Bioremediation of acid mine drainage using Pleurotus ostreatus (oyster mushroom) mycelium

Type of Presentation


Type of Project

Independent Research

Presenter 1 Program


Presenter 1 Location


Faculty Member

Akeisha Belgrave, Jacqueline Maddox


Acid Mine Drainage (AMD) is an unfortunate byproduct of the anthracite mining industry, and a large source of environmental pollution in Pennsylvania. AMD is formed when rocks containing iron(II) sulfide are brought to the surface by mining where upon reaction with water and oxygen form sulfuric acid and dissolves heavy metals such as iron. One of the most common treatments is limestone to neutralize the acidity but does not address the iron content or precipitates. This study investigated an alternative treatment method to reduce iron content in AMD. The capacity of the basidiomycete fungi Pleurotus ostreatus (oyster mushroom) to bioabsorb iron and remediate AMD waters was investigated. P. ostreatus was cultured in burlap sacks and placed in a stream mesocosm tank with AMD water for 3 weeks. AMD-derived water treated with 100mg dehydrated P. ostreatus powder produced a 21.4% reduction in dissolved iron concentration during a 30-minute treatment. Additionally, qualitative testing was performed to determine the ability of P. ostreatus to influence biofilm production, a marker in the remediation of polluted waters. Experimental tanks with live mycelium sacks far exceeded the biofilm growth of positive controls. Bioremediation of AMD using P. ostreatus mycelium treatment is a novel, cost-effective, and promising approach to reduce the high concentrations of dissolved metals associated with AMD and promote biofilm formation.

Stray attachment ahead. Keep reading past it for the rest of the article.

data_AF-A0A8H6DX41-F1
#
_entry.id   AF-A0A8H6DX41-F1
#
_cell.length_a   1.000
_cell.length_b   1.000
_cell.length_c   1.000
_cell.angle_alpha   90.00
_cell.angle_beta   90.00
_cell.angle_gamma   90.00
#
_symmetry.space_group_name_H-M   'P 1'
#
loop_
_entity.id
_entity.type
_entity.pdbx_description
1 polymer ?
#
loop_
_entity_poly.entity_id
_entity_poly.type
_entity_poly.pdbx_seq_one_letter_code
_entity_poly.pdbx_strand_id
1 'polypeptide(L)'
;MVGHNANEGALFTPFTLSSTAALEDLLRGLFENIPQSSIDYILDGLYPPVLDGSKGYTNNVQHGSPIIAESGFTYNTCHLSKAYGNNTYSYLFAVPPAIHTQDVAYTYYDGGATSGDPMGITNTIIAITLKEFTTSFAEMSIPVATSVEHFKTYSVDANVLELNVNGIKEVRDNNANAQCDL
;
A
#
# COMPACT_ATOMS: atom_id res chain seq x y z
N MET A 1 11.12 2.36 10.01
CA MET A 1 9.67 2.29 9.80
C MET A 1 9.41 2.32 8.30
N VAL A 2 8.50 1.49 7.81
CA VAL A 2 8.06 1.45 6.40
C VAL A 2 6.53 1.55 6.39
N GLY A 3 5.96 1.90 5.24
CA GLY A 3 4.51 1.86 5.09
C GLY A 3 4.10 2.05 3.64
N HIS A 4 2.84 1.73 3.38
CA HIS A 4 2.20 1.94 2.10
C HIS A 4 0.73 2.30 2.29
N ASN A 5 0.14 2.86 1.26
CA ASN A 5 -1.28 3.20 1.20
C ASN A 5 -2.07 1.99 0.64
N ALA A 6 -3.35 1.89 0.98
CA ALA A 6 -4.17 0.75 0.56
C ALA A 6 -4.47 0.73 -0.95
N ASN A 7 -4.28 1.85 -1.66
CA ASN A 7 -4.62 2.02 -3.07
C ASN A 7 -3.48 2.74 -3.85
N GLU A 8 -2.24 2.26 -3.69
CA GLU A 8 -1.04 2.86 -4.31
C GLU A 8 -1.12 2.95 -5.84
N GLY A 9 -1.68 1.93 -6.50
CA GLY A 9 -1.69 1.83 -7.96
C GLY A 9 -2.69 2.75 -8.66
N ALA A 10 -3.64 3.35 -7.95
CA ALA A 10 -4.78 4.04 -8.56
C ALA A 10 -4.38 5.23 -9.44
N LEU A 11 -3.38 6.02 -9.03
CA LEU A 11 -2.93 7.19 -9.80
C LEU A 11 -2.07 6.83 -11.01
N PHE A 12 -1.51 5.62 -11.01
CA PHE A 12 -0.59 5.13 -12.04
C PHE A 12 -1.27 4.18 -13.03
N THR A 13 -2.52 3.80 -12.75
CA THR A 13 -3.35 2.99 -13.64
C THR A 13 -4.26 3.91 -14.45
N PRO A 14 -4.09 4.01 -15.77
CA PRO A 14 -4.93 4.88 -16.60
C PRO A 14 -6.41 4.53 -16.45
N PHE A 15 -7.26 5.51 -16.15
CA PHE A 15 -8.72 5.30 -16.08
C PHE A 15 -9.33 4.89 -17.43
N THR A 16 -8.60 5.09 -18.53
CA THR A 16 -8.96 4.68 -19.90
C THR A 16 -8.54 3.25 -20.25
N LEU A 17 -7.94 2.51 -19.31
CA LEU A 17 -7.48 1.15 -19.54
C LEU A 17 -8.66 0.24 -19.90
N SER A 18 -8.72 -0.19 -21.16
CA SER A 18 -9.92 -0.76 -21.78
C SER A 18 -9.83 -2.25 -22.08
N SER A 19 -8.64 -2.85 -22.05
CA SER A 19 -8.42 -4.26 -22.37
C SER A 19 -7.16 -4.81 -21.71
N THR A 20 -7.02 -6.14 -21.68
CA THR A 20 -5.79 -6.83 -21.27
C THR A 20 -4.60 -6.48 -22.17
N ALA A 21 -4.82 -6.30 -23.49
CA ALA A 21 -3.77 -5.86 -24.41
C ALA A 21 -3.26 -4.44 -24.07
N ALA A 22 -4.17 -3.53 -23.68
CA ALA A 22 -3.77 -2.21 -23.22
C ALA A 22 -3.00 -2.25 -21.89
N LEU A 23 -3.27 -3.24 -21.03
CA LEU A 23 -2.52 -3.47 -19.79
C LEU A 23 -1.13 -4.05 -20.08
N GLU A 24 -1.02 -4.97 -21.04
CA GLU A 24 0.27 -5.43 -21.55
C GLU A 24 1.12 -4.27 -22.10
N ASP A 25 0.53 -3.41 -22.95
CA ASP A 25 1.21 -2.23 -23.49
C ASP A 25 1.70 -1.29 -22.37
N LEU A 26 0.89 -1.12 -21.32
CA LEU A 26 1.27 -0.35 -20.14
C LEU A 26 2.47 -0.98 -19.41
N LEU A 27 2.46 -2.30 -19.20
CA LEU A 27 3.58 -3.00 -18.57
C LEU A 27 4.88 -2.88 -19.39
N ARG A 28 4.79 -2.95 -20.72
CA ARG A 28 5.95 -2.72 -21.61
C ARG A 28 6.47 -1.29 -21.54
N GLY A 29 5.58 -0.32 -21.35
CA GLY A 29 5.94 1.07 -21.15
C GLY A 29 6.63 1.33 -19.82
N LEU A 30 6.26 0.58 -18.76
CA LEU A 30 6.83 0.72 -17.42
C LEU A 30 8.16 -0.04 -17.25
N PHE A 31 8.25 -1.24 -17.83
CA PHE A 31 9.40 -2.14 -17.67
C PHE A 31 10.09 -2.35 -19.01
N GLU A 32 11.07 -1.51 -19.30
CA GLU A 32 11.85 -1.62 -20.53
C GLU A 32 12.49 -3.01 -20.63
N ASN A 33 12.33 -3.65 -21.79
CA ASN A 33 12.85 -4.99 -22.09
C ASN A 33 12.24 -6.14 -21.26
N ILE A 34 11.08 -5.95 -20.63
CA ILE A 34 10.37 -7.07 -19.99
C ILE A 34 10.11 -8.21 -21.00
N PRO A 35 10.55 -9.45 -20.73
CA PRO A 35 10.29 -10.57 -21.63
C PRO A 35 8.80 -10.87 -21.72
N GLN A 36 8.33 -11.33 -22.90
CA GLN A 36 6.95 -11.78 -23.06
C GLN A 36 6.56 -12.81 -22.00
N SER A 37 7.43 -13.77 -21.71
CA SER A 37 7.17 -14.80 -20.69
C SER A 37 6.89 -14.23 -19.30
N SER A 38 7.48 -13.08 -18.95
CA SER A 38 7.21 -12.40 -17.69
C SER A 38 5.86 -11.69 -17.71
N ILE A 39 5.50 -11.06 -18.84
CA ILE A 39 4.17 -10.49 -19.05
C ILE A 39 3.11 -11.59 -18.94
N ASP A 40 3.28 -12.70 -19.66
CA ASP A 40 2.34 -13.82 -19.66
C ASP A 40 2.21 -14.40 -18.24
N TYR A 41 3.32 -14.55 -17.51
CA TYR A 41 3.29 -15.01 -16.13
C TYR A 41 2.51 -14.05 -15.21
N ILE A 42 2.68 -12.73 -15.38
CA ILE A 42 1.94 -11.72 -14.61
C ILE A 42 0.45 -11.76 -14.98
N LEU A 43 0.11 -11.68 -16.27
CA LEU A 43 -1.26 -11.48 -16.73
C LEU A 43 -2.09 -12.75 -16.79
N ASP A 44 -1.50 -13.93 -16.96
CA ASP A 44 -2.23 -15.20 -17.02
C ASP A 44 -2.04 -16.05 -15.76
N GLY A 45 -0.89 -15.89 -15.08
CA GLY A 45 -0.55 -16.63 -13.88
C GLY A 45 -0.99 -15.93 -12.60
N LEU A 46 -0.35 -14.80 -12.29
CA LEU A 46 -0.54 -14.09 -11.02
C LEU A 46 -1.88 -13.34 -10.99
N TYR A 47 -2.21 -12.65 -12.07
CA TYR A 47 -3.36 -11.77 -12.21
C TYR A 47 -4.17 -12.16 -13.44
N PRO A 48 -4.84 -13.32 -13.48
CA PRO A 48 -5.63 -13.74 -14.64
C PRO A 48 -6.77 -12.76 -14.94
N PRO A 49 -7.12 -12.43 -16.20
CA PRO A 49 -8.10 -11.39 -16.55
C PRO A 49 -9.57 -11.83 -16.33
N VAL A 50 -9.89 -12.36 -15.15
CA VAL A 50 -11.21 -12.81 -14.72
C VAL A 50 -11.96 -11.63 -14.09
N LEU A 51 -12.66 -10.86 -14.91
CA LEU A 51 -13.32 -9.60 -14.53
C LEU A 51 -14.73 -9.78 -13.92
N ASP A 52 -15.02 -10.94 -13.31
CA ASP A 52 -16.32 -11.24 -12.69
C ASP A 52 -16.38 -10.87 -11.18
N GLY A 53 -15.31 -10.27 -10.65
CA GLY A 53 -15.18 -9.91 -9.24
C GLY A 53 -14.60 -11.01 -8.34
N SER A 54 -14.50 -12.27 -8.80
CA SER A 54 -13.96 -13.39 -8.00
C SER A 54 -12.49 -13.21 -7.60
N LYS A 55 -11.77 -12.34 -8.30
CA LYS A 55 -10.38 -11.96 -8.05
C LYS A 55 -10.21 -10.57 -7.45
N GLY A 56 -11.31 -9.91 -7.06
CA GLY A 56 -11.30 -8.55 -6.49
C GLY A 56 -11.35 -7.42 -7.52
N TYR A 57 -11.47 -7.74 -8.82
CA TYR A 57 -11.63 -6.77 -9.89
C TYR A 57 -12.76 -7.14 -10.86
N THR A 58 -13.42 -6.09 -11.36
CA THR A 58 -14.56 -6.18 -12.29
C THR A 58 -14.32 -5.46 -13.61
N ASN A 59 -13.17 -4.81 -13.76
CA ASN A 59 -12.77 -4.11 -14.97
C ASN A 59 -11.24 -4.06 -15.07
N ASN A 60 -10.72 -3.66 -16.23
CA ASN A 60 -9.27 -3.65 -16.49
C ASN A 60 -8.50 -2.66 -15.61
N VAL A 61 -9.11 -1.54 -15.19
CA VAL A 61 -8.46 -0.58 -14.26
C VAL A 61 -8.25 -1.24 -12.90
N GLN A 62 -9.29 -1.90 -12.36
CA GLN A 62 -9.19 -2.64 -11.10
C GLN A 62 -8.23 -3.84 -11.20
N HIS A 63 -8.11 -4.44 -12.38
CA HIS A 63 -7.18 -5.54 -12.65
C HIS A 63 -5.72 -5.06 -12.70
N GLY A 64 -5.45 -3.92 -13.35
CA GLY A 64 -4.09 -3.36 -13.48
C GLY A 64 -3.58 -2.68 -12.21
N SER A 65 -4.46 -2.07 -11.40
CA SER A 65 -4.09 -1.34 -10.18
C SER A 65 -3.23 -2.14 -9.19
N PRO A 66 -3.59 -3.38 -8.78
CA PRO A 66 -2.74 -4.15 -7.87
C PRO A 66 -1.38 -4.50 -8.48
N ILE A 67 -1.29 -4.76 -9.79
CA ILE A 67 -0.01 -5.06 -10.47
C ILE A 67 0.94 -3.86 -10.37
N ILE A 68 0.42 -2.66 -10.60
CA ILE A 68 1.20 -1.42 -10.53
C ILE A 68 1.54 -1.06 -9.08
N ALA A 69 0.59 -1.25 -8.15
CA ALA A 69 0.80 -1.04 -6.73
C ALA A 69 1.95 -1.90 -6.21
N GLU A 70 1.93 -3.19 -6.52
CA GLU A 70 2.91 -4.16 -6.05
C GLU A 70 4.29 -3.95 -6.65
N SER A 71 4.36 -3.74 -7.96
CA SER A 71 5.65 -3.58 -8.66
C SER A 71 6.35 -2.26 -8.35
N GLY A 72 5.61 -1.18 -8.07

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Bioremediation of acid mine drainage using Pleurotus ostreatus (oyster mushroom) mycelium